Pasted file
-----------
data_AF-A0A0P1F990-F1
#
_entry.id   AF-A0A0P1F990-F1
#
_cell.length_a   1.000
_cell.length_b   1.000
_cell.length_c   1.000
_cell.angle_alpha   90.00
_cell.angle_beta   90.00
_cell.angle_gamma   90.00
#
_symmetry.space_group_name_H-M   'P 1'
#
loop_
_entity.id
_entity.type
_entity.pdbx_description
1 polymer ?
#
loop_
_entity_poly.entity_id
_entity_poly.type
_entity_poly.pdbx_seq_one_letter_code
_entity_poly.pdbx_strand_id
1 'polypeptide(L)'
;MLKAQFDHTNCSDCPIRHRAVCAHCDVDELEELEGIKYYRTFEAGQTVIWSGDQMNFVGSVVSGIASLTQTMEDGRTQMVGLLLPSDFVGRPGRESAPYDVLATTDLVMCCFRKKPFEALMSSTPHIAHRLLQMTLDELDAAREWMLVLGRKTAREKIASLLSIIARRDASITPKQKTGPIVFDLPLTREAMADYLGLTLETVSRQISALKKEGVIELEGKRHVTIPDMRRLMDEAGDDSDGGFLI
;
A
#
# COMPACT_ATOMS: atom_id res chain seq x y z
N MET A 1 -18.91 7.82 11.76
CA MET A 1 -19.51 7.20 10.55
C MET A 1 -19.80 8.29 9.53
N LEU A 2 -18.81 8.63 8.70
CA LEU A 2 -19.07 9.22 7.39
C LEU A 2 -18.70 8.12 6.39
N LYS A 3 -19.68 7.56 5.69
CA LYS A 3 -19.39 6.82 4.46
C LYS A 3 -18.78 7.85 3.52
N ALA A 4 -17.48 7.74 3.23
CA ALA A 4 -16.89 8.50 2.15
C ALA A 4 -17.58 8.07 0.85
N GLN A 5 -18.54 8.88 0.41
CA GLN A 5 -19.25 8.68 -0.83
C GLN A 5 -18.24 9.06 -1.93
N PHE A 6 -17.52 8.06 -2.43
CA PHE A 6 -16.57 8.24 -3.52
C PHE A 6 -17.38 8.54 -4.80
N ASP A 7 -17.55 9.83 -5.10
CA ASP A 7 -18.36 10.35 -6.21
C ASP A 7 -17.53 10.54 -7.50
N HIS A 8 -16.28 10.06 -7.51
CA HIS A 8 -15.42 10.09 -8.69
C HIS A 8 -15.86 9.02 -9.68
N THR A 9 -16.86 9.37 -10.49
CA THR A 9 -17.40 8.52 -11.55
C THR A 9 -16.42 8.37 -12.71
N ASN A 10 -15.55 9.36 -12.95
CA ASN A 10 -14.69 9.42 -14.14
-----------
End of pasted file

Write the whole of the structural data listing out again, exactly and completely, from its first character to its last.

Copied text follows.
data_AF-A0A0P1F990-F1
#
_entry.id   AF-A0A0P1F990-F1
#
_cell.length_a   1.000
_cell.length_b   1.000
_cell.length_c   1.000
_cell.angle_alpha   90.00
_cell.angle_beta   90.00
_cell.angle_gamma   90.00
#
_symmetry.space_group_name_H-M   'P 1'
#
loop_
_entity.id
_entity.type
_entity.pdbx_description
1 polymer ?
#
loop_
_entity_poly.entity_id
_entity_poly.type
_entity_poly.pdbx_seq_one_letter_code
_entity_poly.pdbx_strand_id
1 'polypeptide(L)'
;MLKAQFDHTNCSDCPIRHRAVCAHCDVDELEELEGIKYYRTFEAGQTVIWSGDQMNFVGSVVSGIASLTQTMEDGRTQMVGLLLPSDFVGRPGRESAPYDVLATTDLVMCCFRKKPFEALMSSTPHIAHRLLQMTLDELDAAREWMLVLGRKTAREKIASLLSIIARRDASITPKQKTGPIVFDLPLTREAMADYLGLTLETVSRQISALKKEGVIELEGKRHVTIPDMRRLMDEAGDDSDGGFLI
;
A
#
# COMPACT_ATOMS: atom_id res chain seq x y z
N MET A 1 -18.91 7.82 11.76
CA MET A 1 -19.51 7.20 10.55
C MET A 1 -19.80 8.29 9.53
N LEU A 2 -18.81 8.63 8.70
CA LEU A 2 -19.07 9.22 7.39
C LEU A 2 -18.70 8.12 6.39
N LYS A 3 -19.68 7.56 5.69
CA LYS A 3 -19.39 6.82 4.46
C LYS A 3 -18.78 7.85 3.52
N ALA A 4 -17.48 7.74 3.23
CA ALA A 4 -16.89 8.50 2.15
C ALA A 4 -17.58 8.07 0.85
N GLN A 5 -18.54 8.88 0.41
CA GLN A 5 -19.25 8.68 -0.83
C GLN A 5 -18.24 9.06 -1.93
N PHE A 6 -17.52 8.06 -2.43
CA PHE A 6 -16.57 8.24 -3.52
C PHE A 6 -17.38 8.54 -4.80
N ASP A 7 -17.55 9.83 -5.10
CA ASP A 7 -18.36 10.35 -6.21
C ASP A 7 -17.53 10.54 -7.50
N HIS A 8 -16.28 10.06 -7.51
CA HIS A 8 -15.42 10.09 -8.69
C HIS A 8 -15.86 9.02 -9.68
N THR A 9 -16.86 9.37 -10.49
CA THR A 9 -17.40 8.52 -11.55
C THR A 9 -16.42 8.37 -12.71
N ASN A 10 -15.55 9.36 -12.95
CA ASN A 10 -14.69 9.42 -14.14